Tuesday, September 12, 2017

Guest Post: Yolanda Ridge on Writing Across Gender & Inside Hudson Pickle

Yolanda Ridge and her sons
By Yolanda Ridge 
for Cynthia Leitich Smith's Cynsations

When my stepdad finished reading my debut novel, Trouble in the Trees (Orca Book Publishers, 2011), he told me he enjoyed learning about my childhood.

(He also proudly proclaimed to have read it in two straight hours – a compliment that missed the mark since it had taken me over a year to write the book – but that’s a different post.)

The main character is nothing like me, I protested, easily dismissing the idea because he’d met me in my thirties.

But when I started writing my new release, Inside Hudson Pickle (Kids Can Press, Sept. 5, 2017), I realized he was more right than I’d wanted to admit.

Telling a story from the perspective of a twelve-year-old girl (who may not be me, exactly, but definitely the person I wanted to be when I was that age) was so much easier than trying to get inside the head of a thirteen-year-old boy.

In the early drafts of Inside Hudson Pickle, I focused on plot, drawing on my previous career as a genetic counselor to portray a family dealing with Alpha-1, a genetic disorder that increases the risk of liver and lung disease. 

I chose basketball as Hudson’s sport (because I’ve actually played it) rather than hockey (because I’ve only watched it). I did research to fill the gaps in my knowledge on asthma and house fires.

But when it came to character development, web searches didn’t cut it. I didn’t grow up with brothers and though I do have two sons, they were too young to provide insight on puberty. 

What was it like for a young athlete to go through a growth spurt? How do boys deal with voice changes?

I turned to my male critique partners for help. He’d be angrier, one suggested. You haven’t captured his growing pains, said another. 

I went back and tried to fold these things into the manuscript. But it was like mixing oil with water.

Giving the manuscript some time to rest, I read middle grade adventure books - a few of my favorites are The Boundless by Kenneth Oppel (Simon & Schuster, 2014), the Rex Zero series by Tim Wynne-Jones (Farrar Straus Giroux) and Orbiting Jupiter by Gary Schmidt (Clarion, 2015).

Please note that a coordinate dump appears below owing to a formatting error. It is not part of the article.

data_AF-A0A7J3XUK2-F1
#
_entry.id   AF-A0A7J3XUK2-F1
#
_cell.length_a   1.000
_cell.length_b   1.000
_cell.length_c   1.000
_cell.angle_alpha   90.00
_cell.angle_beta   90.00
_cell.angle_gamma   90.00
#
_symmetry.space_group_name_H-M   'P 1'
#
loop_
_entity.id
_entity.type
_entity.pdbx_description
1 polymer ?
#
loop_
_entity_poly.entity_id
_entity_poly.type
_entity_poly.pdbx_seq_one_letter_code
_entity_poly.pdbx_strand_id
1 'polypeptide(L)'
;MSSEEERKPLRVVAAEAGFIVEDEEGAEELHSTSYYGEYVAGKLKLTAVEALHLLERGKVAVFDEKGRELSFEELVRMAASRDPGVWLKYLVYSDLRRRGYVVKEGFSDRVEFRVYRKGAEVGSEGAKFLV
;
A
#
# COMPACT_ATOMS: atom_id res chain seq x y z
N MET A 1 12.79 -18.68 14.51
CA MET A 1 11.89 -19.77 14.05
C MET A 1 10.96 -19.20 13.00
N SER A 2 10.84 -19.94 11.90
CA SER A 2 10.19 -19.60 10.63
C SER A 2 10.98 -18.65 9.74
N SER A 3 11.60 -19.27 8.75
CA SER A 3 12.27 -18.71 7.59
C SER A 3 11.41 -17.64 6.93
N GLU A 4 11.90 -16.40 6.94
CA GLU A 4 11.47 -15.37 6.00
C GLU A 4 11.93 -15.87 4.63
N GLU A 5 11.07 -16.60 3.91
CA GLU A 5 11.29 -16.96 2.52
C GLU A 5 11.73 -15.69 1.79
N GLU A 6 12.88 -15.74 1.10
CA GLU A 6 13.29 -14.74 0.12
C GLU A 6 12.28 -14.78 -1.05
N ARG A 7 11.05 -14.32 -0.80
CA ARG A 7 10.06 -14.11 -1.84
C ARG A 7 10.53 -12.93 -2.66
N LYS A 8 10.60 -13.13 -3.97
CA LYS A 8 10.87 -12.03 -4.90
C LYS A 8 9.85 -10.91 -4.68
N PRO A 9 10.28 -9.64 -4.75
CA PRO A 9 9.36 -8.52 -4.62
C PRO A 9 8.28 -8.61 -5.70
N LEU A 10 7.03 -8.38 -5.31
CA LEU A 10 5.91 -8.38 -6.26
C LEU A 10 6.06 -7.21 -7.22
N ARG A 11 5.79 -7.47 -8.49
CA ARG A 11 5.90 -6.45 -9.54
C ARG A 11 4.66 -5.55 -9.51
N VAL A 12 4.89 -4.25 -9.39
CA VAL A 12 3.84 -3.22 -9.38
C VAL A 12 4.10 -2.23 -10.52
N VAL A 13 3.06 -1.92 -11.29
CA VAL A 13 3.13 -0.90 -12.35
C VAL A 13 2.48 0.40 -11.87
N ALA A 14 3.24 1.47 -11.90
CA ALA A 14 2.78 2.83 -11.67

I watched family sitcoms. I listened to music recommended by my friend’s sons. I eavesdropped on conversations in the library, on the bus, at the skateboard park.

Returning to the manuscript, I peppered it with “boyness.” But in the end I had to admit: Hudson was still a lot like me.

In talking to other writers I now understand that we all incorporate bits of ourselves into our characters. 

I could give Hudson large doses of testosterone and his heart would essentially remain the same. Emotional reactions aren’t dictated by sex or age or skin color. Everyone is more complex than that, including our characters (if we’re doing it right).

I hope what I’ve captured in Inside Hudson Pickle is how one person might cope with the turmoil of health issues, family secrets, changing friendships and the simple desire to make a school basketball team. 

Sure, Hudson’s big feet get in the way at times. But overall, his experience is not male; it’s human.

Cynsational Notes

Inside Hudson Pickle is a Junior Library Guild Selection and School Library Journal said, "fans of novels about sports and family drama, such as Kwame Alexander's The Crossover (Houghton Mifflin Harcourt, 2014), will appreciate this realistic tale."

Yolanda Ridge is the author of three middle grade novels. With a master's degree in science and ten years of experience working as a genetic counselor, she's adept at making complex concepts understandable --- a skill she uses when crafting middle-grade novels, teaching and author visits.

She lives in the mountains of British Columbia in a log house brimming with boys, including one husband, two twin sons, one dog and one cat.

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